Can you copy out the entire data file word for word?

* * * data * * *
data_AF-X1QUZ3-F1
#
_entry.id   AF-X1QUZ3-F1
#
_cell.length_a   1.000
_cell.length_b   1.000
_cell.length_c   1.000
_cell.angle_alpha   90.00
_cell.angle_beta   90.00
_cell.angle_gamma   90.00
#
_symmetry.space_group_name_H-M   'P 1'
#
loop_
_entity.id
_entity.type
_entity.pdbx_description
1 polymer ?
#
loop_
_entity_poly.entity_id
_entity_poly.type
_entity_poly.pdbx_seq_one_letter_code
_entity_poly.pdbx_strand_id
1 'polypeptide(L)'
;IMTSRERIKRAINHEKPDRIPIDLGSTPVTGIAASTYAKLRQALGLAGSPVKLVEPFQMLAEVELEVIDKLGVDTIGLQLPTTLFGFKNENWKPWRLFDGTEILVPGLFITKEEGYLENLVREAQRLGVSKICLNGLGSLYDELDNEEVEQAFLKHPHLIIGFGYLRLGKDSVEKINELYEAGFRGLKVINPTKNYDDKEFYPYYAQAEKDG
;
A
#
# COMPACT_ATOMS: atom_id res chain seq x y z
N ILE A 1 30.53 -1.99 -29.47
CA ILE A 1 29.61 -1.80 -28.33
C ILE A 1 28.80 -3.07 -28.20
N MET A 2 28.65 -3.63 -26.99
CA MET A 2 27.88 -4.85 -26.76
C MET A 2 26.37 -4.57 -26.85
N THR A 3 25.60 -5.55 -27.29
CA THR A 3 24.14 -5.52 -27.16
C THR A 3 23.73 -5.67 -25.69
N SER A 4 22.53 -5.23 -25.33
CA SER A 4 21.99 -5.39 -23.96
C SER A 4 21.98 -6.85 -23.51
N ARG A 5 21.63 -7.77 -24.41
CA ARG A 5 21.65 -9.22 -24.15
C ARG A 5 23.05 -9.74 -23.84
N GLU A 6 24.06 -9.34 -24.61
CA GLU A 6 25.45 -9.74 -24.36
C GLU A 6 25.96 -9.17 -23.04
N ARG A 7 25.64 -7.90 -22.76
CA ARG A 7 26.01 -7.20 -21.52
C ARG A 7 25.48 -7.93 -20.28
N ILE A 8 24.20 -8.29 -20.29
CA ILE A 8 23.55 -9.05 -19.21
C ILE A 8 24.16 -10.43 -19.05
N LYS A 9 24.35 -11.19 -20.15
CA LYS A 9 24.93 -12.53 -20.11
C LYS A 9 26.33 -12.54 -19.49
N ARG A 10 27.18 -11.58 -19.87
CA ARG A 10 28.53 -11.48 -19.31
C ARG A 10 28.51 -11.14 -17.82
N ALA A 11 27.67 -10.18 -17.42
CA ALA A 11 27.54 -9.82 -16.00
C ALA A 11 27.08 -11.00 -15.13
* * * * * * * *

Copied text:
data_AF-X1QUZ3-F1
#
_entry.id   AF-X1QUZ3-F1
#
_cell.length_a   1.000
_cell.length_b   1.000
_cell.length_c   1.000
_cell.angle_alpha   90.00
_cell.angle_beta   90.00
_cell.angle_gamma   90.00
#
_symmetry.space_group_name_H-M   'P 1'
#
loop_
_entity.id
_entity.type
_entity.pdbx_description
1 polymer ?
#
loop_
_entity_poly.entity_id
_entity_poly.type
_entity_poly.pdbx_seq_one_letter_code
_entity_poly.pdbx_strand_id
1 'polypeptide(L)'
;IMTSRERIKRAINHEKPDRIPIDLGSTPVTGIAASTYAKLRQALGLAGSPVKLVEPFQMLAEVELEVIDKLGVDTIGLQLPTTLFGFKNENWKPWRLFDGTEILVPGLFITKEEGYLENLVREAQRLGVSKICLNGLGSLYDELDNEEVEQAFLKHPHLIIGFGYLRLGKDSVEKINELYEAGFRGLKVINPTKNYDDKEFYPYYAQAEKDG
;
A
#
# COMPACT_ATOMS: atom_id res chain seq x y z
N ILE A 1 30.53 -1.99 -29.47
CA ILE A 1 29.61 -1.80 -28.33
C ILE A 1 28.80 -3.07 -28.20
N MET A 2 28.65 -3.63 -26.99
CA MET A 2 27.88 -4.85 -26.76
C MET A 2 26.37 -4.57 -26.85
N THR A 3 25.60 -5.55 -27.29
CA THR A 3 24.14 -5.52 -27.16
C THR A 3 23.73 -5.67 -25.69
N SER A 4 22.53 -5.23 -25.33
CA SER A 4 21.99 -5.39 -23.96
C SER A 4 21.98 -6.85 -23.51
N ARG A 5 21.63 -7.77 -24.41
CA ARG A 5 21.65 -9.22 -24.15
C ARG A 5 23.05 -9.74 -23.84
N GLU A 6 24.06 -9.34 -24.61
CA GLU A 6 25.45 -9.74 -24.36
C GLU A 6 25.96 -9.17 -23.04
N ARG A 7 25.64 -7.90 -22.76
CA ARG A 7 26.01 -7.20 -21.52
C ARG A 7 25.48 -7.93 -20.28
N ILE A 8 24.20 -8.29 -20.29
CA ILE A 8 23.55 -9.05 -19.21
C ILE A 8 24.16 -10.43 -19.05
N LYS A 9 24.35 -11.19 -20.15
CA LYS A 9 24.93 -12.53 -20.11
C LYS A 9 26.33 -12.54 -19.49
N ARG A 10 27.18 -11.58 -19.87
CA ARG A 10 28.53 -11.48 -19.31
C ARG A 10 28.51 -11.14 -17.82
N ALA A 11 27.67 -10.18 -17.42
CA ALA A 11 27.54 -9.82 -16.00
C ALA A 11 27.08 -11.00 -15.13